Date of Award

Spring 2012

Degree Type

Thesis

Degree Name

Doctor of Philosophy (PhD)

Department

Physics and Astronomy

Supervisor

Cliff P. Burgess

Co-Supervisor

Alan Chen

Language

English

Committee Member

Maxim Pospelov

Abstract

In this thesis, we describe the properties of brane worlds embedded in a spacetime with two extra dimensions. We derive and describe the boundary conditions that branes impose on the bulk fields in the theory, and show that they reproduce known results for D7 branes in F-theory compactifications of type IIB supergravity. We show how brane-bulk couplings can stabilize moduli of a flux stabilized compactification of extra dimensions. An important new ingredient is that the branes can have a magnetic coupling to the flux that stabilizes the bulk. This coupling allows the system to relax the stringent constraints of flux quantization, which allows the bulk spacetime to respond to perturbations of the branes. We derive the dynamics of the lower-dimensional effective theory below the Kaluza-Klein scale, and show that the contributions of the magnetic coupling can be competitive with the tension of the brane. We first describe the simplest flux compactification: an Einstein-scalar- Maxwell theory in 6 dimensions. We find that the effective potential in 4 dimensions gets minimized at the position one would naively expect - at the stationary point of the sum of all the brane Lagrangians - but its value at the minimum gets changed by the magnetic coupling to the brane. Next we find that if the bulk is described by 6 dimensional gauged chiral supergravity, the effect of the magnetic coupling allows the curvature on the brane to be suppressed relative to the generic scale of the tension on the branes. We use this observation to construct an explicit brane-bulk system that has a technically natural cosmological constant of the correct size. The classical on-brane curvature vanishes in our construction, and the first order quantum corrections give a value to the cosmological constant of the right order of magnitude. We estimate higher loop corrections, and they are greatly suppressed.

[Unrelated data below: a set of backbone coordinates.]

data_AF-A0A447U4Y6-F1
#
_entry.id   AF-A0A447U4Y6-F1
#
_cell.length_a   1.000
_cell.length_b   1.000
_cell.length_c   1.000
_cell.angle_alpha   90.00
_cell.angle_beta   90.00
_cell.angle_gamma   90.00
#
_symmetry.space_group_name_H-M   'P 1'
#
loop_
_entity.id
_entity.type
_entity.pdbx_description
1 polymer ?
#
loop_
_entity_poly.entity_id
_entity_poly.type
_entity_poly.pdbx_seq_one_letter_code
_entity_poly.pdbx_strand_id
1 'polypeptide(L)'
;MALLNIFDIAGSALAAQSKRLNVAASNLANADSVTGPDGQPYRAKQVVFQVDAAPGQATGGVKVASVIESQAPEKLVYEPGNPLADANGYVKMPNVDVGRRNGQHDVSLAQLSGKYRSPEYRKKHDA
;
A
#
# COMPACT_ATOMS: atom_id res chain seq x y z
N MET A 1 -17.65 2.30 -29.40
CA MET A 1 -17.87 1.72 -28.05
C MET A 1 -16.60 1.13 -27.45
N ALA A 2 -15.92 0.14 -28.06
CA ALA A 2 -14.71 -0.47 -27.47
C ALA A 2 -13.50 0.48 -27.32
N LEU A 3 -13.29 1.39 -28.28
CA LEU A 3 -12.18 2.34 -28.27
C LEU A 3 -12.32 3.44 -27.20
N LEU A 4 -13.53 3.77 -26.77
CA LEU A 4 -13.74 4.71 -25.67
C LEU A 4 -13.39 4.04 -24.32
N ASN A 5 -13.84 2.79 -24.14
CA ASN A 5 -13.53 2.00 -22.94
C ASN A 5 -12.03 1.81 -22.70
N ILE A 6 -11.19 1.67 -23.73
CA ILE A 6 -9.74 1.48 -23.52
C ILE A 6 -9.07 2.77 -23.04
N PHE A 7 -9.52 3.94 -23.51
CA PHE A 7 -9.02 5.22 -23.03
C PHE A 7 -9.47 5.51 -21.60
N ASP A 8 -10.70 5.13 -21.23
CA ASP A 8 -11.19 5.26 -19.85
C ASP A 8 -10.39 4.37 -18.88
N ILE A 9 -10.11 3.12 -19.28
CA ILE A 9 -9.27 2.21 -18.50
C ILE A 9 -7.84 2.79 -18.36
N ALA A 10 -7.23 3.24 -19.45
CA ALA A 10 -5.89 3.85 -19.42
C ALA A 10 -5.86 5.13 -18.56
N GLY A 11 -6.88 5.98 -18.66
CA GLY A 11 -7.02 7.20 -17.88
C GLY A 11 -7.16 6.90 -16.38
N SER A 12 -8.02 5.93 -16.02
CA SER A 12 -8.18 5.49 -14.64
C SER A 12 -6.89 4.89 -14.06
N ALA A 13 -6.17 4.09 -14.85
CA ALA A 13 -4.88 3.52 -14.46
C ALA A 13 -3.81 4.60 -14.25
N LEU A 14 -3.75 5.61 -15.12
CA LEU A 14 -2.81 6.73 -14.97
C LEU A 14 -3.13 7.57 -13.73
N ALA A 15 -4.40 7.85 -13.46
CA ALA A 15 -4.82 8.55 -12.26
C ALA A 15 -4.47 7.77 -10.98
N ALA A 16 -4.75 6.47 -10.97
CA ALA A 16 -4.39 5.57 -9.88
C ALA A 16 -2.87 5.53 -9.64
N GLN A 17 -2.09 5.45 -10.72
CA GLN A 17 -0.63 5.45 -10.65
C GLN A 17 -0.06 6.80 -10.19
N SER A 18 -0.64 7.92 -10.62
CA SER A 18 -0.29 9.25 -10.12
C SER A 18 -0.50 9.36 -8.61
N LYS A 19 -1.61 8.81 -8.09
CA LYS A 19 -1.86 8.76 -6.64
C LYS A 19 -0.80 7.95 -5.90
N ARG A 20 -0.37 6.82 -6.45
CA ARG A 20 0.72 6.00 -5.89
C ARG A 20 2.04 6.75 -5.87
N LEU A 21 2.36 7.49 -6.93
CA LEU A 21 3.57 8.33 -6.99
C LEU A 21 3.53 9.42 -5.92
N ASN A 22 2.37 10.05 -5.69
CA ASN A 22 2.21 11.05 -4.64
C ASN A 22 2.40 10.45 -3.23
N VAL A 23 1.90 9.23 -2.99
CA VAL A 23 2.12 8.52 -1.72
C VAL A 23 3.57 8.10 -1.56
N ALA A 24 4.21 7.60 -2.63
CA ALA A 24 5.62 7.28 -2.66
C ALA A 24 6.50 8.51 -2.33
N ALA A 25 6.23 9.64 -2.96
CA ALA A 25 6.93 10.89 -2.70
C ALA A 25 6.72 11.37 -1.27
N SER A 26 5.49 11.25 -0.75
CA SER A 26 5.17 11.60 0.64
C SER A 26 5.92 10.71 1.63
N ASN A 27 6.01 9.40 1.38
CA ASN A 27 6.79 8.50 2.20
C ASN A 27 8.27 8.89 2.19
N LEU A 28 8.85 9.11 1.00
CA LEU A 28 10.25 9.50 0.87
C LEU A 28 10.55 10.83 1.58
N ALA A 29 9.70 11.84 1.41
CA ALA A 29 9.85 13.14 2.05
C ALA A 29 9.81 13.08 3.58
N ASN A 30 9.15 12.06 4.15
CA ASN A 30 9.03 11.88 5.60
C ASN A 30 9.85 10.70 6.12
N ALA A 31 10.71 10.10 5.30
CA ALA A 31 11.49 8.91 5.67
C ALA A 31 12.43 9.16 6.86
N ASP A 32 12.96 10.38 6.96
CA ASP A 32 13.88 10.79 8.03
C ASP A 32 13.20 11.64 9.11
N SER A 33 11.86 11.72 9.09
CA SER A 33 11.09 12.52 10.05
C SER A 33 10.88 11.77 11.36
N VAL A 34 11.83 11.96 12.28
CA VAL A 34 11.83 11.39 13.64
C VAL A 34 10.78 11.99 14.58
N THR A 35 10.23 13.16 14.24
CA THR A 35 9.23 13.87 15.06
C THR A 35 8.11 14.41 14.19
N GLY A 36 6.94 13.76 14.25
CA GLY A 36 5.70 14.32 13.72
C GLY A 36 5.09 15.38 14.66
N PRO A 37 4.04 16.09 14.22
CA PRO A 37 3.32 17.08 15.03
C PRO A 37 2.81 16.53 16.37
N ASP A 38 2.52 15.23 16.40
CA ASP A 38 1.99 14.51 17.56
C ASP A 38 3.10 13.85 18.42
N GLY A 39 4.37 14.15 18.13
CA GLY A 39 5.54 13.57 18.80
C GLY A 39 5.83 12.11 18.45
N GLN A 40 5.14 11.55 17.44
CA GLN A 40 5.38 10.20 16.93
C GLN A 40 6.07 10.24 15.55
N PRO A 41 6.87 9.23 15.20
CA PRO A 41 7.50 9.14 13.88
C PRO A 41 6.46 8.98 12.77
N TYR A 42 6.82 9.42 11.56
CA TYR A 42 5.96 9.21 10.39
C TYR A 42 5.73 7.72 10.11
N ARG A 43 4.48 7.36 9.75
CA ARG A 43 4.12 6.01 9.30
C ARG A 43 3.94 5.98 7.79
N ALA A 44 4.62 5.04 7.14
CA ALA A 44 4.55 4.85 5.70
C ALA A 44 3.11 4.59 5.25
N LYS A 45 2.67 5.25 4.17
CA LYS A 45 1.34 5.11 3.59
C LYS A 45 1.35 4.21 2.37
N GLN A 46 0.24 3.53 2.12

Comments

Defended on November 3rd, 2011

McMaster University Library